Another point made in The Spirit Level is that it doesn’t seem to matter how more equal societies are achieved. Denmark and Vermont achieve relatively high equality by taxation and redistribution. Japan and New Hampshire achieve relatively high equality with little taxation and redistribution, but with other institutions that encourage equality. In either case, the benefits of equality are accrued.
So, how much equality do we want? Certainly, we don’t want everyone to have the same income and wealth. That would eliminate incentives and we would all probably starve in the dark. However, there are severe penalties for societies that are too unequal. Fortunately, Dan Ariely in the last TED talk listed above presented the results of research on that question. Specifically, he looked at wealth distribution. The degree of equality that we want is based on the human sense of fairness. To do this he divided society into 5 equal parts and asked what percentage of wealth should go to each fifth. Here is what he found.
Group Percent of wealth desired USA wealth data Example
Bottom 20% 10.5% 0.1% 3%
Second 20% 14.1% 0.2% 5%
Third 20% 21.5% 3.9% 8%
Fourth 20% 22.0% 11.3% 19%
Top 20% 31.9% 84.4% 65%
So, is our desired wealth distribution something that is achievable or is it pie in the sky? One common measure of inequality is the GINI coefficient. The GINI coefficient varies from 0.000 where everyone has the same amount of wealth to essentially 1.000 where one person has all the wealth. The GINI coefficient can also be used with income, but here we are concerned with wealth. The distributions above have approximate GINI coefficients of 0.20 desired versus 0.77 for the USA data. How does this compare with the country with the lowest wealth GINI coefficient? Fortunately, data on country wealth GINI coefficients is available. The country with the lowest wealth GINI coefficient is Japan at 0.55. So, it looks like we are unlikely to achieve the desired distribution since no country comes anywhere close. The good news is that we don’t have to get all the way to the desired distribution to get the significant social benefit seen in countries like Japan and Denmark. The third distribution above labeled Example is one that gives an approximate GINI coefficient of 55, the same as Japan.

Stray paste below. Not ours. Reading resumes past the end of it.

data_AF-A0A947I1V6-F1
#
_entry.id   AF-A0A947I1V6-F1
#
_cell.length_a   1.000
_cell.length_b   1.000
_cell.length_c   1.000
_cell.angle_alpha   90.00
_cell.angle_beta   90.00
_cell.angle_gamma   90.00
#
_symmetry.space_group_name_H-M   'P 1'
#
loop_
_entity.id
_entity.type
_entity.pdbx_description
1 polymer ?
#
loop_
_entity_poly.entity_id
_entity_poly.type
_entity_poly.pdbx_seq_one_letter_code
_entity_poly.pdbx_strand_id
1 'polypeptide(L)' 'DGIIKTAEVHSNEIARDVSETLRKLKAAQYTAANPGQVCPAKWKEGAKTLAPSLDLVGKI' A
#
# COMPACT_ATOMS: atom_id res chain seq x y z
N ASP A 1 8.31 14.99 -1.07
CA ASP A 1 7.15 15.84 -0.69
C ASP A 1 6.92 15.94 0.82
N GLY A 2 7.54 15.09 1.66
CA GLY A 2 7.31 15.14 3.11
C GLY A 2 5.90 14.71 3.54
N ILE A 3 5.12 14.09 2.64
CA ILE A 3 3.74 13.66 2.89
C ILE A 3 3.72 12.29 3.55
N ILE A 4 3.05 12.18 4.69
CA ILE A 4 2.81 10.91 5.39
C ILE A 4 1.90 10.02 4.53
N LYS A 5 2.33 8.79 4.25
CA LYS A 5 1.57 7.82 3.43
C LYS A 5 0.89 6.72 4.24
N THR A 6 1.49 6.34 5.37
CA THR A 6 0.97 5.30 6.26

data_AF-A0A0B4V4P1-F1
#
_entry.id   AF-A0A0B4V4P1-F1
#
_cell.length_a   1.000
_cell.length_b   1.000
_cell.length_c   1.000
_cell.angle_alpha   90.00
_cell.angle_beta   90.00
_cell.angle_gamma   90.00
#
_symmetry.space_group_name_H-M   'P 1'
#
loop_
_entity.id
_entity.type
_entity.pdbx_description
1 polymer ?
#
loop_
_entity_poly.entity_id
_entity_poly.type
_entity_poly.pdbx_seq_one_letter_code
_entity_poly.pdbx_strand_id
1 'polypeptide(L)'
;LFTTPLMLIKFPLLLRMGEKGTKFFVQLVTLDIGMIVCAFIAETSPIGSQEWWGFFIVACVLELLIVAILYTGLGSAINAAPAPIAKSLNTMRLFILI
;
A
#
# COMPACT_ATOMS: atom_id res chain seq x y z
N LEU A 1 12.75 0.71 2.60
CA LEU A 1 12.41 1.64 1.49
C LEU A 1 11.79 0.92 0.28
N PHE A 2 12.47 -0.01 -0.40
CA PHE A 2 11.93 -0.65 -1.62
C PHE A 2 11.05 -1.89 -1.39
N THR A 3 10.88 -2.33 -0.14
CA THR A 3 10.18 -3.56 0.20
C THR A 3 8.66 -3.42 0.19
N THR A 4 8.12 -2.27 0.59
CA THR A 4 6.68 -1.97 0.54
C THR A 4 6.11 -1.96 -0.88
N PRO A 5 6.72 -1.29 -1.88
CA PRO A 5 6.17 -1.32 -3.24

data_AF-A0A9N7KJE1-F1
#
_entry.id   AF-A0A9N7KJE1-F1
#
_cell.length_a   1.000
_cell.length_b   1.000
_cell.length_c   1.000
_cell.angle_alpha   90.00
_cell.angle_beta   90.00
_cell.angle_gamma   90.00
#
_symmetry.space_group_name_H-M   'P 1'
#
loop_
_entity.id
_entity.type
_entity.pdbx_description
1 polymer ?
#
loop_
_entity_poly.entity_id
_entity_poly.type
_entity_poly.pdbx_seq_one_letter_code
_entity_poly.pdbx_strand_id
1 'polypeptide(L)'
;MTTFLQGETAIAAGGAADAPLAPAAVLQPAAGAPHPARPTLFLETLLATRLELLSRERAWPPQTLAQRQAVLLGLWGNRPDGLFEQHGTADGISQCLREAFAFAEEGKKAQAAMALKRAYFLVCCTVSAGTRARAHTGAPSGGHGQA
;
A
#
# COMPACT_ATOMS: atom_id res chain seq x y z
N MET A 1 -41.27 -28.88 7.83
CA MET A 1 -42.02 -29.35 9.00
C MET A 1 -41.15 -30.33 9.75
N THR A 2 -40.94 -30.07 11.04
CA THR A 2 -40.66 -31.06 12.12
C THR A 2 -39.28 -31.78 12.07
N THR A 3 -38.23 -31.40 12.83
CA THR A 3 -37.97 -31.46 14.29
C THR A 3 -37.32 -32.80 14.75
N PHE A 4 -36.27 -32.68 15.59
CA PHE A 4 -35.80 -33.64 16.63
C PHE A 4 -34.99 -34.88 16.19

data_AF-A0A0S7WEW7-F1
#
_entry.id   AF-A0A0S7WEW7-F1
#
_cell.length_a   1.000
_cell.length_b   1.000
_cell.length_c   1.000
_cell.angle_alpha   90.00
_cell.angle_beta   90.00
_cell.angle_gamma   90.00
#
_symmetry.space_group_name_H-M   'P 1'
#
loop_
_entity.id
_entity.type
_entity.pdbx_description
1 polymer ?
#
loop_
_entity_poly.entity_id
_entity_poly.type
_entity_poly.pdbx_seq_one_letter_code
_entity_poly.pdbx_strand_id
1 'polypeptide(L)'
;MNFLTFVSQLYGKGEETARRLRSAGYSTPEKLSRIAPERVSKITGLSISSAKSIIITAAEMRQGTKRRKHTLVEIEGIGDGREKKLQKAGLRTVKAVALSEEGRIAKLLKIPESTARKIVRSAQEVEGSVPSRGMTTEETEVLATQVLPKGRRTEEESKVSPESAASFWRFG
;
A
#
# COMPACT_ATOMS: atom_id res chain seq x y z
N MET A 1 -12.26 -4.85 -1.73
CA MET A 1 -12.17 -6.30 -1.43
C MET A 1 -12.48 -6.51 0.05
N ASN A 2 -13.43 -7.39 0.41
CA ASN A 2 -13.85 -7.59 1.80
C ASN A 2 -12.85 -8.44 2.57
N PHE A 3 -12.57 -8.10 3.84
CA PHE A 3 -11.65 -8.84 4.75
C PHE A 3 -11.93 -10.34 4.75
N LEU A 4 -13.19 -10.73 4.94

How do we move in that direction? One way is to improve economic mobility is by enacting a highly progressive estate tax. This is recommended in Thomas Piketty’s great book, Capital in the Twenty-First Century. As of 2016, the United States estate tax exemption amount is $5.45 million and the maximum rate is 40%. So, only 0.2% of estates pay any tax. The estate tax could be structured so there no effect on, say, 90% of the people. Then for the top 10%, the marginal tax rate could increase linearly (or similar steps) from 18 to 77%. With today’s estate value distribution, this results in any estate under $2.5 million not being taxed, and the top would apply to estates with values greater $14 million. Could the US ever pass such a law? From about 1940 to 1980 the US had a similar law (see 90 years and counting). In 1977 for example, the exemption was $120,000 and the maximum rate was achieved at $5 million. In today’s dollars, that is about $460,000 and $16.4 million. From about 1980 to the present, the tax has been gradually reduced to end up in today’s estate tax law.
How did that happen? For decades, the richest Americans have been systematically influencing politicians to reduce taxes including estate taxes. They funded political campaigns, think tanks and universities to advance their agenda. They convinced the 99% that their interests are the same as that of the 1% (See Dark Money by Jane Mayer). As long as unlimited money can be used to influence, no influence to weak a word, usurp our political system, there is practically no chance. What are our chances of enacting a highly progressive estate tax? This type of tax has been given the unfortunate derogatory moniker of “death tax”. I think a better name would be the “fairness tax”. Our way out starts with campaign finance reform (See Campaign Finance Reform and ). We need to let our political representative know that campaign finance reform and a highly progress estate tax leading to a more equal society is in everyone’s best interest. Only then can we breathe life back into the American Dream and pave the way for a post growth society.
Originally published in July 2017 on the Post Growth Institute (PGI) blog. Find out more about the PGI here.